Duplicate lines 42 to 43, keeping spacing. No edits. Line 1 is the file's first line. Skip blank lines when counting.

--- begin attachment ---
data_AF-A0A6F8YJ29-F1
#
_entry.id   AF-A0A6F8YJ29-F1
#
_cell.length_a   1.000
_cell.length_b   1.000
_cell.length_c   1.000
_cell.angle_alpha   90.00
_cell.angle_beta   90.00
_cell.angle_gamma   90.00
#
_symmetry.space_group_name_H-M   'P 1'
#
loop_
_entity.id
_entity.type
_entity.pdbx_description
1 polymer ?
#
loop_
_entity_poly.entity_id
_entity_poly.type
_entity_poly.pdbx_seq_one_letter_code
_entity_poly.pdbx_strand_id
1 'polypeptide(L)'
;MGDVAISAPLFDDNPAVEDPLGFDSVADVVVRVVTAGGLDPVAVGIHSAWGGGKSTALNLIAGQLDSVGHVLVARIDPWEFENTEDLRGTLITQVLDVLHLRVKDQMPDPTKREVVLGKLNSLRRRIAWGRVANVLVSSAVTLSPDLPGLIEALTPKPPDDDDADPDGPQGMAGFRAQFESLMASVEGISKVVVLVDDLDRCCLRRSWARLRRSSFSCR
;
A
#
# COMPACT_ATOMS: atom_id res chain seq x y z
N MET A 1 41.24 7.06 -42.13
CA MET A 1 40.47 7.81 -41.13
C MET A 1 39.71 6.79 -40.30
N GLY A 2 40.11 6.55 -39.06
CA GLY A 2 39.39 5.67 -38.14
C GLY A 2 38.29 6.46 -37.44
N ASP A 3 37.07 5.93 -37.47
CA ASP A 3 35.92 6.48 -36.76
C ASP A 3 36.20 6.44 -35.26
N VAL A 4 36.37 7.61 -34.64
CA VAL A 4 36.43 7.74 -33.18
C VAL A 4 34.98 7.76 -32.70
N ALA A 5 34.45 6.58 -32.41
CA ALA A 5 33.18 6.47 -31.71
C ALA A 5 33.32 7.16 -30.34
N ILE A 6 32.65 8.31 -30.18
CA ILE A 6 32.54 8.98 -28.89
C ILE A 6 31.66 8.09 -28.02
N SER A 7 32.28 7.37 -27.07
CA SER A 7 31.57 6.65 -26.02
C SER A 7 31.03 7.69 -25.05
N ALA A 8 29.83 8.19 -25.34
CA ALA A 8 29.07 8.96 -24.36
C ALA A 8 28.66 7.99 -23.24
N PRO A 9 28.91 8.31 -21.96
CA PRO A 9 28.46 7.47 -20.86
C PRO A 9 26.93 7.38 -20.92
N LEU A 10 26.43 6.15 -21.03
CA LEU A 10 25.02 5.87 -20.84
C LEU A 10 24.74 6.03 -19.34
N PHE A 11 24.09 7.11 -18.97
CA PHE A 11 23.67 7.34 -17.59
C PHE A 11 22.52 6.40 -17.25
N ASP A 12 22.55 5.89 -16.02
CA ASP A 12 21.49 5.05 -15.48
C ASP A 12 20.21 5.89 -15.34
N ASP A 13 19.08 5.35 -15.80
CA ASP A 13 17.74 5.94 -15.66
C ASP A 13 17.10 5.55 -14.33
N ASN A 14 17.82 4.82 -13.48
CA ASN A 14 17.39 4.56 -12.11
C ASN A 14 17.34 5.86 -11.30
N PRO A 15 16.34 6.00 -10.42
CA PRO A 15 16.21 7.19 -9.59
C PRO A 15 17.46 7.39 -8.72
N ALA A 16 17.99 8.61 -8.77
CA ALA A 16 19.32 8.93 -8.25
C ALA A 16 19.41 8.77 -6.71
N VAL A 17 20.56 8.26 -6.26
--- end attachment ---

C VAL A 4 34.98 7.76 -32.70
N ALA A 5 34.45 6.58 -32.41